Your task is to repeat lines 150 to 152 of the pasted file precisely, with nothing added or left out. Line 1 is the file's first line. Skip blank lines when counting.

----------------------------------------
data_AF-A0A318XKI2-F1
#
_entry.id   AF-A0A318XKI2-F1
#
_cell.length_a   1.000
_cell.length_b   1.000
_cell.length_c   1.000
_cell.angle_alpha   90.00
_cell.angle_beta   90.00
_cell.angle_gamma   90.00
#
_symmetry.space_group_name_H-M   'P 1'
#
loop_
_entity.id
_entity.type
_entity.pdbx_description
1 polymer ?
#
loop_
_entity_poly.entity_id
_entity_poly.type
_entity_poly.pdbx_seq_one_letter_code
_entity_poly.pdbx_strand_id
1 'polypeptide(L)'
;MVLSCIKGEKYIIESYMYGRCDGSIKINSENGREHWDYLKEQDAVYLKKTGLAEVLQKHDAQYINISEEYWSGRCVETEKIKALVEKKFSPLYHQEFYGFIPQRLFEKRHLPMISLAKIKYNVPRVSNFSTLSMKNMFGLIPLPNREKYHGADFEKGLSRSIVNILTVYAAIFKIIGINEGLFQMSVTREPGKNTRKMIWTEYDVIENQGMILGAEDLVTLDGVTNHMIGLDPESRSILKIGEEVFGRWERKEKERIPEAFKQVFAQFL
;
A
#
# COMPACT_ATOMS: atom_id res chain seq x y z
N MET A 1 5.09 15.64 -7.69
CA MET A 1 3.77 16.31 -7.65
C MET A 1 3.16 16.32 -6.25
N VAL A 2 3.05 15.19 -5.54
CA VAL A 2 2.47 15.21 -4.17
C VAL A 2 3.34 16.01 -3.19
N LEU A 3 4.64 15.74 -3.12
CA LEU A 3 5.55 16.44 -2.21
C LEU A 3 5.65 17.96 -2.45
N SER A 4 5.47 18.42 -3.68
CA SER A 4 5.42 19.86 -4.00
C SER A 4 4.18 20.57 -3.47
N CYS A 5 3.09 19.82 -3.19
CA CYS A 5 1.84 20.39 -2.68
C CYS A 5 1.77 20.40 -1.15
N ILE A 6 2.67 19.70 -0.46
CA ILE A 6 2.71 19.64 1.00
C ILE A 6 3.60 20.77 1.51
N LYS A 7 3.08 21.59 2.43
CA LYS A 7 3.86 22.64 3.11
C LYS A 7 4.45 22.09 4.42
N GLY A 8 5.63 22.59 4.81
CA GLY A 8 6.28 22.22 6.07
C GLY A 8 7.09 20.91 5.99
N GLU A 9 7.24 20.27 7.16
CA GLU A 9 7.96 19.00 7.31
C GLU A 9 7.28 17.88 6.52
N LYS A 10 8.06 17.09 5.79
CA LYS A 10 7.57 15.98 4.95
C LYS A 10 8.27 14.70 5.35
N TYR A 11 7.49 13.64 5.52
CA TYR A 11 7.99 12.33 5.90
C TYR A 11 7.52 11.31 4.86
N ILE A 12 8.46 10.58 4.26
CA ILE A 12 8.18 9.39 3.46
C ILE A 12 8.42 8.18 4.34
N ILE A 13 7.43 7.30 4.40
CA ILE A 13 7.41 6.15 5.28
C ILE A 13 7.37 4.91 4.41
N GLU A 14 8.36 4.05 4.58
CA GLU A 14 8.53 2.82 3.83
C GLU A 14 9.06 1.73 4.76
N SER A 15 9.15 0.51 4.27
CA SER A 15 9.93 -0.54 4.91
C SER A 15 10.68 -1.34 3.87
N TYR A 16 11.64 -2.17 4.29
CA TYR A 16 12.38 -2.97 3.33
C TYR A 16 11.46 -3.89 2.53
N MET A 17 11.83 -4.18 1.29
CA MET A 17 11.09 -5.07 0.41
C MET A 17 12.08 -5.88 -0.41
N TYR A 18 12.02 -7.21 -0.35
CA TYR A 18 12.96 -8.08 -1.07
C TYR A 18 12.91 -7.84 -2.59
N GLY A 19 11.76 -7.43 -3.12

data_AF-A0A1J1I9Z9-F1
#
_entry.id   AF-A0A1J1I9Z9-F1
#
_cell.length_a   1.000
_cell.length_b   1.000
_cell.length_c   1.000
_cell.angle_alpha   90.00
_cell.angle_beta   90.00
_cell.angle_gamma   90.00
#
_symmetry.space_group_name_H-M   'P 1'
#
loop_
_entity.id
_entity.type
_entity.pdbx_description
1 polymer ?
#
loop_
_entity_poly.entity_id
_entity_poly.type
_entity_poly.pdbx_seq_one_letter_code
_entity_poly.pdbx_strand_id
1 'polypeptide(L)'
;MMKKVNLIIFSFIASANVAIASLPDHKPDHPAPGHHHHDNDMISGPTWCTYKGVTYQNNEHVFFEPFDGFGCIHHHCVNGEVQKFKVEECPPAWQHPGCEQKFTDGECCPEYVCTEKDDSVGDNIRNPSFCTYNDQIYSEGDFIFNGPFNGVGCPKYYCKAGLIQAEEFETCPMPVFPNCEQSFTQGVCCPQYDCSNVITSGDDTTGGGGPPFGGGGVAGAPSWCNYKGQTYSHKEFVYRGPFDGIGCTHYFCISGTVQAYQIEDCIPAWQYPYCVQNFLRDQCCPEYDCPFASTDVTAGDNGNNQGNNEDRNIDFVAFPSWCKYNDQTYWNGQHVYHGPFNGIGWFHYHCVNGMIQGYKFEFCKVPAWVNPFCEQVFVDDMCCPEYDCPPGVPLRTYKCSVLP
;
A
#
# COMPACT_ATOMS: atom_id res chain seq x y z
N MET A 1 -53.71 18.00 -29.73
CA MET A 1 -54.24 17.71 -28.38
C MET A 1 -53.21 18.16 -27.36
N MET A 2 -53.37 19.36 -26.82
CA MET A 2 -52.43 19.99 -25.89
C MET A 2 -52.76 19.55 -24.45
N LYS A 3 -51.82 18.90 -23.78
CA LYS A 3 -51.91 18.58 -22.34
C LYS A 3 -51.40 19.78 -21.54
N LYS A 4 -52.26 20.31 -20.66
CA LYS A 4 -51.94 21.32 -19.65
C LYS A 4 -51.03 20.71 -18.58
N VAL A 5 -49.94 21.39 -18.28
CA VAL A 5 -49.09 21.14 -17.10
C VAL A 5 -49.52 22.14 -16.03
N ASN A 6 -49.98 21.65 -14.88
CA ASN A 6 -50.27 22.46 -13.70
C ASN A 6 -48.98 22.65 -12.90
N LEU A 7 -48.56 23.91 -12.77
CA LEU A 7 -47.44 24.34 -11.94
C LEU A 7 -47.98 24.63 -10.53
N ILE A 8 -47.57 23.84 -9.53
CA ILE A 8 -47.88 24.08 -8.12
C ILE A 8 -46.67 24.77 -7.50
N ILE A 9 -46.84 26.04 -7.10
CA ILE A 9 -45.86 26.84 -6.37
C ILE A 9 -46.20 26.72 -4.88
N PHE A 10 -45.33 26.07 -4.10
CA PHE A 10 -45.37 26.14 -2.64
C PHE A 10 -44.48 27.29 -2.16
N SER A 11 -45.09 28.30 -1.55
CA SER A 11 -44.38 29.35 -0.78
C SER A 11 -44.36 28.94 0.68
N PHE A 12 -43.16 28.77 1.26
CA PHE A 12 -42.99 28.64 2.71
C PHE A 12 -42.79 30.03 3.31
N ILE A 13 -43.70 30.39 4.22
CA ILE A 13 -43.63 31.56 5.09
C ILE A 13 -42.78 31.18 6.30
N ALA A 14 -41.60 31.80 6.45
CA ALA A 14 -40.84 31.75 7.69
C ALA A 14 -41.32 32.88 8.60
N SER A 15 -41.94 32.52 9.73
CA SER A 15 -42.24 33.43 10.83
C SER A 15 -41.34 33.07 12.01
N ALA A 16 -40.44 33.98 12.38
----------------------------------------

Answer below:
CA PHE A 12 -42.99 28.64 2.71
C PHE A 12 -42.79 30.03 3.31
N ILE A 13 -43.70 30.39 4.22